Hi there. I was working on this problem. And I wanted to know if my demonstration is right, I'm not sure if it's complete.

The problem says: The distance D(A,B) between two nonempty subsets A and B of a metric space (X,d) is defined to be:

$\displaystyle D(A,B)=inf d(a,b),a\in{A},b\in{B}$

Inf denotes the infimus.

Show that D does not define a metric on the power set of X.

Well, so what I considered is that if a belongs to A, and b belongs to B, but a doesn't belongs to B, and b doesn't belongs to A (i.e. A and B has no elements in common), then the distance could never be zero. But I don't know if this is enough to show that it doesn't define a metric.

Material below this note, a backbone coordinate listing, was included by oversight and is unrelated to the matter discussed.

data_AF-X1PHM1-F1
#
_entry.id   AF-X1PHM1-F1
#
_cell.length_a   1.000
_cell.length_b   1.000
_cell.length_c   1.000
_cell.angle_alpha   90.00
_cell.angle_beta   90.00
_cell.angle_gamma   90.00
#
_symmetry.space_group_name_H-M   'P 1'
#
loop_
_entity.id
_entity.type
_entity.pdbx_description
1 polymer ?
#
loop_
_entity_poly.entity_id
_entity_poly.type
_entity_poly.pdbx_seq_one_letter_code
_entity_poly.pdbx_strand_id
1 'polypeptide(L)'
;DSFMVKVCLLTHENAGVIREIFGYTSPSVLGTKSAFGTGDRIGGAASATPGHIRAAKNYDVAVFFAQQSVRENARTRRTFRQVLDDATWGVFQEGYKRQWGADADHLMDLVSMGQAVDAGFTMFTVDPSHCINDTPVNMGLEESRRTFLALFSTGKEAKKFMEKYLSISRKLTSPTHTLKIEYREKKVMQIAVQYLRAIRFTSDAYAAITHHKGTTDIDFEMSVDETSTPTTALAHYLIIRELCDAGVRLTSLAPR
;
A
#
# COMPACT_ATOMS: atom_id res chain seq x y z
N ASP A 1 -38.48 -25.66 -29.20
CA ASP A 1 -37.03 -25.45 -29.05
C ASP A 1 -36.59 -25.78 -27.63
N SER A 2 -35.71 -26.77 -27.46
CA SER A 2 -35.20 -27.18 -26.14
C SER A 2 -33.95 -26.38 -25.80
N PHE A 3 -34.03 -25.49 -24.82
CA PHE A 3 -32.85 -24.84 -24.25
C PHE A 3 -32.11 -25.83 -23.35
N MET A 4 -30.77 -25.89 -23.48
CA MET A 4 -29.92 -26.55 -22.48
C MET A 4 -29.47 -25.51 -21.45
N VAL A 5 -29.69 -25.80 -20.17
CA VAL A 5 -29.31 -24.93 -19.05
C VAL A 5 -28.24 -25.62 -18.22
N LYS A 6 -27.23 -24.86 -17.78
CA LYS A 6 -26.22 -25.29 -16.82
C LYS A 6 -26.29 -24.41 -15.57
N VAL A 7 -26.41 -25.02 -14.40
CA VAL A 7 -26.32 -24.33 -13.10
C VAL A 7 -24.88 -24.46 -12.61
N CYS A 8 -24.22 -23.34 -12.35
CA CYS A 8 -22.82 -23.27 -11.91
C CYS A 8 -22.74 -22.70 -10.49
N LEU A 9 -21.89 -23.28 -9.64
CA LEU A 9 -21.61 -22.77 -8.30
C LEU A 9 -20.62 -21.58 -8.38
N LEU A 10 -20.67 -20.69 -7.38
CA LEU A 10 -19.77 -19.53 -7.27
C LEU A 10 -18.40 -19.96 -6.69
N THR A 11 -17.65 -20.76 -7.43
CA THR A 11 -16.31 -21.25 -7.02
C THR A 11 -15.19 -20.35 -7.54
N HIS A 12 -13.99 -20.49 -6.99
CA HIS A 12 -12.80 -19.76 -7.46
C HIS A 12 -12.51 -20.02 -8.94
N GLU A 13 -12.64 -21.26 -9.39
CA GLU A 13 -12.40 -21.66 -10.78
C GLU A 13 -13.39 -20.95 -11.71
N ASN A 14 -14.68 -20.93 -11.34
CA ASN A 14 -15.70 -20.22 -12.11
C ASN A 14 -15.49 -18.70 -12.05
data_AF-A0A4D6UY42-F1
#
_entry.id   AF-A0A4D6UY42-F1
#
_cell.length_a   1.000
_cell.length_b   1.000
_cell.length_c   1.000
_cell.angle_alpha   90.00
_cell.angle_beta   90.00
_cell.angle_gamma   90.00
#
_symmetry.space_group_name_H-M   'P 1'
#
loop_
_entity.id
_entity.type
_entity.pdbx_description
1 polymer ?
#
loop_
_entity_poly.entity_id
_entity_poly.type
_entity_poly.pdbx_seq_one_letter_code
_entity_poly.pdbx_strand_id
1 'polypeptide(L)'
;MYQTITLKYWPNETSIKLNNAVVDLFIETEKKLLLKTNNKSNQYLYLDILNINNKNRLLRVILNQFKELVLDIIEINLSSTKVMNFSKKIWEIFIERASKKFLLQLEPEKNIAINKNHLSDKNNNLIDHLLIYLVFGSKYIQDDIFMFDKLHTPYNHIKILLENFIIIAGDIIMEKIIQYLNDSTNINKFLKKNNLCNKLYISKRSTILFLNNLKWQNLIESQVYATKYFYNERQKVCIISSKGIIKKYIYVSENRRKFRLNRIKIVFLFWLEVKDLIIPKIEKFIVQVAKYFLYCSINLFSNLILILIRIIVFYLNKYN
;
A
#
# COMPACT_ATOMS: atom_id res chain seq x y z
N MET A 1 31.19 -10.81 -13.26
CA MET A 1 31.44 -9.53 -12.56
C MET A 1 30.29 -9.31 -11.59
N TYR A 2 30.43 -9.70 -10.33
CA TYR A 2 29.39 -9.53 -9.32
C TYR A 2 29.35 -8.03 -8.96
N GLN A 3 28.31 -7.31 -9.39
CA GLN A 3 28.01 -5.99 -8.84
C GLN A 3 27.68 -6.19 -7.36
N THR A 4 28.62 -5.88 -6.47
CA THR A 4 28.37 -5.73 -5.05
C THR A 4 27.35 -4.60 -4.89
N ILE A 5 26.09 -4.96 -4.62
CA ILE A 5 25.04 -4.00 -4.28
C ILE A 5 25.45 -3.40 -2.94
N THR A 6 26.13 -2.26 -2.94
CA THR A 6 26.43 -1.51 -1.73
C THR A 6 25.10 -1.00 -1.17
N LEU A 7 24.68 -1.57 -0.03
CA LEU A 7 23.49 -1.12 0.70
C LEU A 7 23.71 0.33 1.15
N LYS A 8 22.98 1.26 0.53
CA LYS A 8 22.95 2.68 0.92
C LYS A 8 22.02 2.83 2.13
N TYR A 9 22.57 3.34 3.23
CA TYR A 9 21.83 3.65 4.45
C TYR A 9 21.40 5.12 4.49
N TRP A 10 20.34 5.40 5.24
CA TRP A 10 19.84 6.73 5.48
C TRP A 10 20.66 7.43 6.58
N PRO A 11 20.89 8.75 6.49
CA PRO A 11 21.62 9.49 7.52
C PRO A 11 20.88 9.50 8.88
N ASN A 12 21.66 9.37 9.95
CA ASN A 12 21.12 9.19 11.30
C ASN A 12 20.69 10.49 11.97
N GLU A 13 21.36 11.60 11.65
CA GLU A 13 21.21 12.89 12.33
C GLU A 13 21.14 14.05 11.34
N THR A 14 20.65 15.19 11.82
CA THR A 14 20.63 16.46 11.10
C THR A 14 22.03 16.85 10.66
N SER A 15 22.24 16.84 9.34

Anyway, I could show using the sets $\displaystyle A={0,1,2,3...}, B={-1,1,-1,...,(-1)^n},C={0,-1,-2,...}$

That the triangle inequality insn't accomplished, so I have a counter example.

Bye there, and thanks in advance.